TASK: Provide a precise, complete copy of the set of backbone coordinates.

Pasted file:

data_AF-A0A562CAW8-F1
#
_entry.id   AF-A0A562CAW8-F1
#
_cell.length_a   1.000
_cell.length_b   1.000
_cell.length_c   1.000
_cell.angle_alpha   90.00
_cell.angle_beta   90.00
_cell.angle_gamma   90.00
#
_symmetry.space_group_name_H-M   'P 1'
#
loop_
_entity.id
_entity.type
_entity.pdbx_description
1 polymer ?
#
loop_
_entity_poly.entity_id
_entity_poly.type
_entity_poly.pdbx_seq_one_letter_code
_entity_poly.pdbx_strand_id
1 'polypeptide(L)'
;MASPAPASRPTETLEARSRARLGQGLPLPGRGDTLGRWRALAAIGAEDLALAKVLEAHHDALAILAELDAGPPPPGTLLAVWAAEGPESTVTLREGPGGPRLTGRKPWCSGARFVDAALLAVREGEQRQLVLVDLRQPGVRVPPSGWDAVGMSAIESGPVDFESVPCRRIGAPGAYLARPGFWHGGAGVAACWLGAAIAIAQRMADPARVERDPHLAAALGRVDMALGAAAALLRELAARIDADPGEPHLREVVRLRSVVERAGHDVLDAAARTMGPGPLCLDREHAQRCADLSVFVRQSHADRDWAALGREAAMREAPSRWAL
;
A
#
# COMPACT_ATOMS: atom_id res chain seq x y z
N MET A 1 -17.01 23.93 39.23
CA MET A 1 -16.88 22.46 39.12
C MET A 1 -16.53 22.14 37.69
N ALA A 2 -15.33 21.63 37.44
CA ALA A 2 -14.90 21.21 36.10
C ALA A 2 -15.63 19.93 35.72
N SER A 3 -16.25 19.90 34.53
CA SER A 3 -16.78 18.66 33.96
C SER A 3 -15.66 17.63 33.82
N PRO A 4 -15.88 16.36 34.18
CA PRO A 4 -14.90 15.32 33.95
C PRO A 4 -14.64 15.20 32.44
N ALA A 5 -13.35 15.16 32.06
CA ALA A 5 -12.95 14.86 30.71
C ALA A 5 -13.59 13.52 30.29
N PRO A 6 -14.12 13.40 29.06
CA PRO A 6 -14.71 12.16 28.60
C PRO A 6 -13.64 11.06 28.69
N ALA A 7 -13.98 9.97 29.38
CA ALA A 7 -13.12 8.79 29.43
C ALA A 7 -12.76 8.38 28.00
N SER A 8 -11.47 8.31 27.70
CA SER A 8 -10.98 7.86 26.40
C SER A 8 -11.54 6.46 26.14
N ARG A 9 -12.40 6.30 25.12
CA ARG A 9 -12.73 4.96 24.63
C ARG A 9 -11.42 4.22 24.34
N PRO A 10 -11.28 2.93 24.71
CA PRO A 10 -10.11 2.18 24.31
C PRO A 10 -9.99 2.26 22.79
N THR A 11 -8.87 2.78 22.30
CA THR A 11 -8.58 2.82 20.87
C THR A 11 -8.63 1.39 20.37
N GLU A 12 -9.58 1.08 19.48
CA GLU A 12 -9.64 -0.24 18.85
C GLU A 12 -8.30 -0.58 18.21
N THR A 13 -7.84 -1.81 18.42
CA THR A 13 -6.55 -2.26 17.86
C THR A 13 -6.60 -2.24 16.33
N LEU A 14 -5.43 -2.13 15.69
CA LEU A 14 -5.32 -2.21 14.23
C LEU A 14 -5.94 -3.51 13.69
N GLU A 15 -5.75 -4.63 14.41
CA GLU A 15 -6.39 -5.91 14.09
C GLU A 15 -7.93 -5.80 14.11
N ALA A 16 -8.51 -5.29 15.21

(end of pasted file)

data_AF-A0A562CAW8-F1
#
_entry.id   AF-A0A562CAW8-F1
#
_cell.length_a   1.000
_cell.length_b   1.000
_cell.length_c   1.000
_cell.angle_alpha   90.00
_cell.angle_beta   90.00
_cell.angle_gamma   90.00
#
_symmetry.space_group_name_H-M   'P 1'
#
loop_
_entity.id
_entity.type
_entity.pdbx_description
1 polymer ?
#
loop_
_entity_poly.entity_id
_entity_poly.type
_entity_poly.pdbx_seq_one_letter_code
_entity_poly.pdbx_strand_id
1 'polypeptide(L)'
;MASPAPASRPTETLEARSRARLGQGLPLPGRGDTLGRWRALAAIGAEDLALAKVLEAHHDALAILAELDAGPPPPGTLLAVWAAEGPESTVTLREGPGGPRLTGRKPWCSGARFVDAALLAVREGEQRQLVLVDLRQPGVRVPPSGWDAVGMSAIESGPVDFESVPCRRIGAPGAYLARPGFWHGGAGVAACWLGAAIAIAQRMADPARVERDPHLAAALGRVDMALGAAAALLRELAARIDADPGEPHLREVVRLRSVVERAGHDVLDAAARTMGPGPLCLDREHAQRCADLSVFVRQSHADRDWAALGREAAMREAPSRWAL
;
A
#
# COMPACT_ATOMS: atom_id res chain seq x y z
N MET A 1 -17.01 23.93 39.23
CA MET A 1 -16.88 22.46 39.12
C MET A 1 -16.53 22.14 37.69
N ALA A 2 -15.33 21.63 37.44
CA ALA A 2 -14.90 21.21 36.10
C ALA A 2 -15.63 19.93 35.72
N SER A 3 -16.25 19.90 34.53
CA SER A 3 -16.78 18.66 33.96
C SER A 3 -15.66 17.63 33.82
N PRO A 4 -15.88 16.36 34.18
CA PRO A 4 -14.90 15.32 33.95
C PRO A 4 -14.64 15.20 32.44
N ALA A 5 -13.35 15.16 32.06
CA ALA A 5 -12.95 14.86 30.71
C ALA A 5 -13.59 13.52 30.29
N PRO A 6 -14.12 13.40 29.06
CA PRO A 6 -14.71 12.16 28.60
C PRO A 6 -13.64 11.06 28.69
N ALA A 7 -13.98 9.97 29.38
CA ALA A 7 -13.12 8.79 29.43
C ALA A 7 -12.76 8.38 28.00
N SER A 8 -11.47 8.31 27.70
CA SER A 8 -10.98 7.86 26.40
C SER A 8 -11.54 6.46 26.14
N ARG A 9 -12.40 6.30 25.12
CA ARG A 9 -12.73 4.96 24.63
C ARG A 9 -11.42 4.22 24.34
N PRO A 10 -11.28 2.93 24.71
CA PRO A 10 -10.11 2.18 24.31
C PRO A 10 -9.99 2.26 22.79
N THR A 11 -8.87 2.78 22.30
CA THR A 11 -8.58 2.82 20.87
C THR A 11 -8.63 1.39 20.37
N GLU A 12 -9.58 1.08 19.48
CA GLU A 12 -9.64 -0.24 18.85
C GLU A 12 -8.30 -0.58 18.21
N THR A 13 -7.84 -1.81 18.42
CA THR A 13 -6.55 -2.26 17.86
C THR A 13 -6.60 -2.24 16.33
N LEU A 14 -5.43 -2.13 15.69
CA LEU A 14 -5.32 -2.21 14.23
C LEU A 14 -5.94 -3.51 13.69
N GLU A 15 -5.75 -4.63 14.41
CA GLU A 15 -6.39 -5.91 14.09
C GLU A 15 -7.93 -5.80 14.11
N ALA A 16 -8.51 -5.29 15.21